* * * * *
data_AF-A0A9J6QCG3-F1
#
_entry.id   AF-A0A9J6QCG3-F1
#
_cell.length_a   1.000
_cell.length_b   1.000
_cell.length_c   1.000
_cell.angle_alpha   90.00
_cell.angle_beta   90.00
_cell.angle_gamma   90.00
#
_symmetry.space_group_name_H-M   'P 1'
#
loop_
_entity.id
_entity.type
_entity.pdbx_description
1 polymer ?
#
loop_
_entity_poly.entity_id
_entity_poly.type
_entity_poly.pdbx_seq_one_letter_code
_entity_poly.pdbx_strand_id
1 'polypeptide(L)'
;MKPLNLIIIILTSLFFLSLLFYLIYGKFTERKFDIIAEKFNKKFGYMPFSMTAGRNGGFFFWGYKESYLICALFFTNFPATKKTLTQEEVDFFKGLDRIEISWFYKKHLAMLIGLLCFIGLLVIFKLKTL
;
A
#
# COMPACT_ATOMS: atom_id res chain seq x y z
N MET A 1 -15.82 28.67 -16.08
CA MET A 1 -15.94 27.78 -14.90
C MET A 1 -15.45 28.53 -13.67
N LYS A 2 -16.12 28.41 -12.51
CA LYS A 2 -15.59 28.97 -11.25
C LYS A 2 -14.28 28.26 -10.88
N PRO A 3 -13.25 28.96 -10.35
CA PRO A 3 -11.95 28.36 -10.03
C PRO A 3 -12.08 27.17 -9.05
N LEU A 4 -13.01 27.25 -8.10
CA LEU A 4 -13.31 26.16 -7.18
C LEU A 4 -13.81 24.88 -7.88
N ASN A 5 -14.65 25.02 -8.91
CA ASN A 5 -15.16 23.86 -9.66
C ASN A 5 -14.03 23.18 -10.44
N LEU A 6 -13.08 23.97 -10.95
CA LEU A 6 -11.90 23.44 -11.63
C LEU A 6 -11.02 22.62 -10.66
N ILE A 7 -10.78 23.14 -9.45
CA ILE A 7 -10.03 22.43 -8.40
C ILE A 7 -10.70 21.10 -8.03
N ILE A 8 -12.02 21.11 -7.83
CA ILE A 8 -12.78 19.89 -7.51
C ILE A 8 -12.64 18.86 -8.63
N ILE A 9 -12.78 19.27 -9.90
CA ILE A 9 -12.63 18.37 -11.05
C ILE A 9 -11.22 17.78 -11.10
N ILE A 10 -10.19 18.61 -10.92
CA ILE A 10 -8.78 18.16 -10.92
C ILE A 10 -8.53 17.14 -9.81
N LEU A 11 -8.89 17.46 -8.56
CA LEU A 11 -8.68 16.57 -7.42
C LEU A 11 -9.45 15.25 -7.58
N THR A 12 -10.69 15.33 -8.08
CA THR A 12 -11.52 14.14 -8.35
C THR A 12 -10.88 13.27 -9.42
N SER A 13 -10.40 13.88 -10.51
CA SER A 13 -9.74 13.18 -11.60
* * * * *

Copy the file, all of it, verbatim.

data_AF-A0A9J6QCG3-F1
#
_entry.id   AF-A0A9J6QCG3-F1
#
_cell.length_a   1.000
_cell.length_b   1.000
_cell.length_c   1.000
_cell.angle_alpha   90.00
_cell.angle_beta   90.00
_cell.angle_gamma   90.00
#
_symmetry.space_group_name_H-M   'P 1'
#
loop_
_entity.id
_entity.type
_entity.pdbx_description
1 polymer ?
#
loop_
_entity_poly.entity_id
_entity_poly.type
_entity_poly.pdbx_seq_one_letter_code
_entity_poly.pdbx_strand_id
1 'polypeptide(L)'
;MKPLNLIIIILTSLFFLSLLFYLIYGKFTERKFDIIAEKFNKKFGYMPFSMTAGRNGGFFFWGYKESYLICALFFTNFPATKKTLTQEEVDFFKGLDRIEISWFYKKHLAMLIGLLCFIGLLVIFKLKTL
;
A
#
# COMPACT_ATOMS: atom_id res chain seq x y z
N MET A 1 -15.82 28.67 -16.08
CA MET A 1 -15.94 27.78 -14.90
C MET A 1 -15.45 28.53 -13.67
N LYS A 2 -16.12 28.41 -12.51
CA LYS A 2 -15.59 28.97 -11.25
C LYS A 2 -14.28 28.26 -10.88
N PRO A 3 -13.25 28.96 -10.35
CA PRO A 3 -11.95 28.36 -10.03
C PRO A 3 -12.08 27.17 -9.05
N LEU A 4 -13.01 27.25 -8.10
CA LEU A 4 -13.31 26.16 -7.18
C LEU A 4 -13.81 24.88 -7.88
N ASN A 5 -14.65 25.02 -8.91
CA ASN A 5 -15.16 23.86 -9.66
C ASN A 5 -14.03 23.18 -10.44
N LEU A 6 -13.08 23.97 -10.95
CA LEU A 6 -11.90 23.44 -11.63
C LEU A 6 -11.02 22.62 -10.66
N ILE A 7 -10.78 23.14 -9.45
CA ILE A 7 -10.03 22.43 -8.40
C ILE A 7 -10.70 21.10 -8.03
N ILE A 8 -12.02 21.11 -7.83
CA ILE A 8 -12.78 19.89 -7.51
C ILE A 8 -12.64 18.86 -8.63
N ILE A 9 -12.78 19.27 -9.90
CA ILE A 9 -12.63 18.37 -11.05
C ILE A 9 -11.22 17.78 -11.10
N ILE A 10 -10.19 18.61 -10.92
CA ILE A 10 -8.78 18.16 -10.92
C ILE A 10 -8.53 17.14 -9.81
N LEU A 11 -8.89 17.46 -8.56
CA LEU A 11 -8.68 16.57 -7.42
C LEU A 11 -9.45 15.25 -7.58
N THR A 12 -10.69 15.33 -8.08
CA THR A 12 -11.52 14.14 -8.35
C THR A 12 -10.88 13.27 -9.42
N SER A 13 -10.40 13.88 -10.51
CA SER A 13 -9.74 13.18 -11.60